The Far Field is curated by Kathleen Flenniken to showcase the depth and breadth and vibrancy of Washington State’s poetry.
SUBMISSIONS TO THE FAR FIELD
If you would like your work considered for publication in The Far Field, and if you are a current resident of Washington State, you may submit up to five poems in an email to email@example.com. Please attach all poems in a single WORD or PDF file along with your name and contact information (include your city). Also include a brief (less than 100 words) bio. I prefer previously published material as long as you hold the copyright. Your submission implies that you give permission to me and to Humanities Washington to publish. While I can’t guarantee publication, I do look forward to reading your work.
If you know of Washington State poetry-related links or events I have overlooked, please share them with me at firstname.lastname@example.org. I want this site to be current and helpful.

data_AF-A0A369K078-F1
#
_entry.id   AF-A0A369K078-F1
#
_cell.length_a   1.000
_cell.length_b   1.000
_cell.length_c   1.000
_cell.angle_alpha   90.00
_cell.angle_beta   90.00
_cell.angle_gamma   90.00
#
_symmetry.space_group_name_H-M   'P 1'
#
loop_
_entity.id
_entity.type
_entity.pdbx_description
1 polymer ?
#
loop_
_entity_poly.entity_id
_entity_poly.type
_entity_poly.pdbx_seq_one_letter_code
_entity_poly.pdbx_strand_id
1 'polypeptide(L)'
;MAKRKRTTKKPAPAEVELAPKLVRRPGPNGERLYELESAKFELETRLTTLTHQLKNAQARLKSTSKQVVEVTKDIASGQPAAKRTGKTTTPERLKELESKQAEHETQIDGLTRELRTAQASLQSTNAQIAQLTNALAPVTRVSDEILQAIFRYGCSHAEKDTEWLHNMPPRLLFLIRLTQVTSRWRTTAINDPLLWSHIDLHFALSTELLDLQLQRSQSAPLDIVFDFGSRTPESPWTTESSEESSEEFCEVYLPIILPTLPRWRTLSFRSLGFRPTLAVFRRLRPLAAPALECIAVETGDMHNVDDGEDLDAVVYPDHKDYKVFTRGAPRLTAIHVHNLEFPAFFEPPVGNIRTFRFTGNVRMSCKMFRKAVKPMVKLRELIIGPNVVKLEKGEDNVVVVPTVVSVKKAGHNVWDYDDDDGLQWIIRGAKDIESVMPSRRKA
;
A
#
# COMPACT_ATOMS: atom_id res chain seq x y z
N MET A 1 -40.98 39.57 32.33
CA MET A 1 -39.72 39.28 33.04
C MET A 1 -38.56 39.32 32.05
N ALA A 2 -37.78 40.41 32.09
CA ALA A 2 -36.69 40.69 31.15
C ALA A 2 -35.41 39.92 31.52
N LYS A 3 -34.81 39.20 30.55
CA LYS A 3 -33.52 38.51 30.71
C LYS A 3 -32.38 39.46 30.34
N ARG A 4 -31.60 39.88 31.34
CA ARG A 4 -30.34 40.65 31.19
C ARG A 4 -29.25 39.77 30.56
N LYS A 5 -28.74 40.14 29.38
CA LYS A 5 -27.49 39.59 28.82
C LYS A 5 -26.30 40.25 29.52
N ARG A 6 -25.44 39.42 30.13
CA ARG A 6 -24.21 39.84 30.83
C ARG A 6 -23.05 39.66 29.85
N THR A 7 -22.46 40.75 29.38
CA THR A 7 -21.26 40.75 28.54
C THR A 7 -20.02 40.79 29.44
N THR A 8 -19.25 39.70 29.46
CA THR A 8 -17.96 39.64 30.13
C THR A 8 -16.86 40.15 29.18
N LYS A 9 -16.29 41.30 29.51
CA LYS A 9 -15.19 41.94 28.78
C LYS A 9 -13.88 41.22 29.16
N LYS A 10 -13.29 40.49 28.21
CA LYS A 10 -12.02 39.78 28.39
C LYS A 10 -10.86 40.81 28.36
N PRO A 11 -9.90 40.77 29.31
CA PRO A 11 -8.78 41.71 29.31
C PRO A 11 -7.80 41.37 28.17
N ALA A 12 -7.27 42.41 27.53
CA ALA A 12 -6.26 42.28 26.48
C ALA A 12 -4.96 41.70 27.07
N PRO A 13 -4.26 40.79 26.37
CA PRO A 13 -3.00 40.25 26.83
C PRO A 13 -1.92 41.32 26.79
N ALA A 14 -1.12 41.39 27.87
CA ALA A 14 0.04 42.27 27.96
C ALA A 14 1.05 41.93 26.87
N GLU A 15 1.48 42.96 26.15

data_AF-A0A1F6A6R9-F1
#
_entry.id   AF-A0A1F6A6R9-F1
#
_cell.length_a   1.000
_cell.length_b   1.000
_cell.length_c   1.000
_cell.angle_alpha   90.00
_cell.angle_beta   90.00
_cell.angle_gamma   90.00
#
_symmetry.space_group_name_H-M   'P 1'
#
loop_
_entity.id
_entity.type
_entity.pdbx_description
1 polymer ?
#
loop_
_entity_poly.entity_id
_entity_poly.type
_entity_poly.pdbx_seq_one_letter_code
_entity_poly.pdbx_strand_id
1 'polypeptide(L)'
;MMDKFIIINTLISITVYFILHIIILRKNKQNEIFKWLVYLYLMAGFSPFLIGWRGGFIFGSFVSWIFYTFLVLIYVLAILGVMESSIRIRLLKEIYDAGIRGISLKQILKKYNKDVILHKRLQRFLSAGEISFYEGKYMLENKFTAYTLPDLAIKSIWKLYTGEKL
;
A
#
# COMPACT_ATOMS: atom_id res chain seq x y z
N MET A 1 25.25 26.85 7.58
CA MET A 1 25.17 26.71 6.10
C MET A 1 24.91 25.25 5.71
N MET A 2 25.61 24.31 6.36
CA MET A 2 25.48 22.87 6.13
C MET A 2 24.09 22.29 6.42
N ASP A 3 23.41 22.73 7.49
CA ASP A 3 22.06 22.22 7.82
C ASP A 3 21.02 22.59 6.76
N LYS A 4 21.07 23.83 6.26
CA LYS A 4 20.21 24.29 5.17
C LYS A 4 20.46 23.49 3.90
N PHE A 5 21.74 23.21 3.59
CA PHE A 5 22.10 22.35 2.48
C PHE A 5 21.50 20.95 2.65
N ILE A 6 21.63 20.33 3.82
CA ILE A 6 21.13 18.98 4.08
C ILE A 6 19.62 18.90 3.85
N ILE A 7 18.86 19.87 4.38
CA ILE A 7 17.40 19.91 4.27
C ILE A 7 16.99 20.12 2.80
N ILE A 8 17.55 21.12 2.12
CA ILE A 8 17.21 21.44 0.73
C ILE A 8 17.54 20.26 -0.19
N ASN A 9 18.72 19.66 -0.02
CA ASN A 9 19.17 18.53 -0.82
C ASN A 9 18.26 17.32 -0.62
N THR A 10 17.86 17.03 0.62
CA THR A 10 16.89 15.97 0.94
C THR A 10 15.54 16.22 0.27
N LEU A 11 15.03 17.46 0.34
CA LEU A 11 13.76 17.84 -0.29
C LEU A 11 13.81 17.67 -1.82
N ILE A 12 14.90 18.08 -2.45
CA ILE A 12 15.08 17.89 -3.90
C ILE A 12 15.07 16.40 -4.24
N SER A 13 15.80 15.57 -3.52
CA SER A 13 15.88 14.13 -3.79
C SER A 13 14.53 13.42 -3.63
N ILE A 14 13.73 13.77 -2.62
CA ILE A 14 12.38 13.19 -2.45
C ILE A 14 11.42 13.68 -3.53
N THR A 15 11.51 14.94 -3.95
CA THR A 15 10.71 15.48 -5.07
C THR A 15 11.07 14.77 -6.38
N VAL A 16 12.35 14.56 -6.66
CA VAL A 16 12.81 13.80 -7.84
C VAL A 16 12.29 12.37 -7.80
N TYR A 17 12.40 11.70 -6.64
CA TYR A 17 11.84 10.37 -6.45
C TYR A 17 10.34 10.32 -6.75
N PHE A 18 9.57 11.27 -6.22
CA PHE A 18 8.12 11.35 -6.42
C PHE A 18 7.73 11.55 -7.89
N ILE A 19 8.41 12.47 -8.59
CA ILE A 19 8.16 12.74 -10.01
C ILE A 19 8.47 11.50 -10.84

PHOTOS OF WASHINGTON POETS:
Row 1: Timothy Kelly, Theodore Roethke, Sam Green, Storme Webber, Susan Rich, Richard Hugo, Christopher Howell, Christine Deavel, Colleen McElroy, Daemond Arrindell, David Wagoner, Derek Sheffield, Dixie Partridge, Oliver de la Paz, Frances McCue, Heather McHugh, Belle Randall
Row 2: Peter Pereira, Nancy Pagh, Raymond Carver and Tess Gallagher, Sherman Alexie, Tod Marshall, Nelson Bentley, Laura Read
Row 3: Richard Kenney, Bruce Beasley, Katrina Roberts, Kelli Russell Agodon, Kim-An Lieberman, Koon Woon, Larry Matsuda, Lucia Perillo, Laura Jensen, Linda Bierds, Martha Silano, Holly Hughes, Michael Hickey, Elizabeth Austen, Marjorie Manwaring, Jeremy Halinen, Rebecca Hoogs
Row 4: Judith Roche, Molly Tenenbaum, Jourdan Imani Keith, Joseph Green, Allen Braden, Jana Harris, Nance Van Winckel, Kevin Miller, Karen Finneyfrock, John Marshall
“The Far Field” is taken from a Theodore Roethke poem by the same name. Part 1:
I dream of journeys repeatedly:
Of flying like a bat deep into a narrowing tunnel
Of driving alone, without luggage, out a long peninsula,
The road lined with snow-laden second growth,
A fine dry snow ticking the windshield,
Alternate snow and sleet, no on-coming traffic,
And no lights behind, in the blurred side-mirror,
The road changing from glazed tarface to a rubble of stone,
Ending at last in a hopeless sand-rut,
Where the car stalls,
Churning in a snowdrift
Until the headlights darken.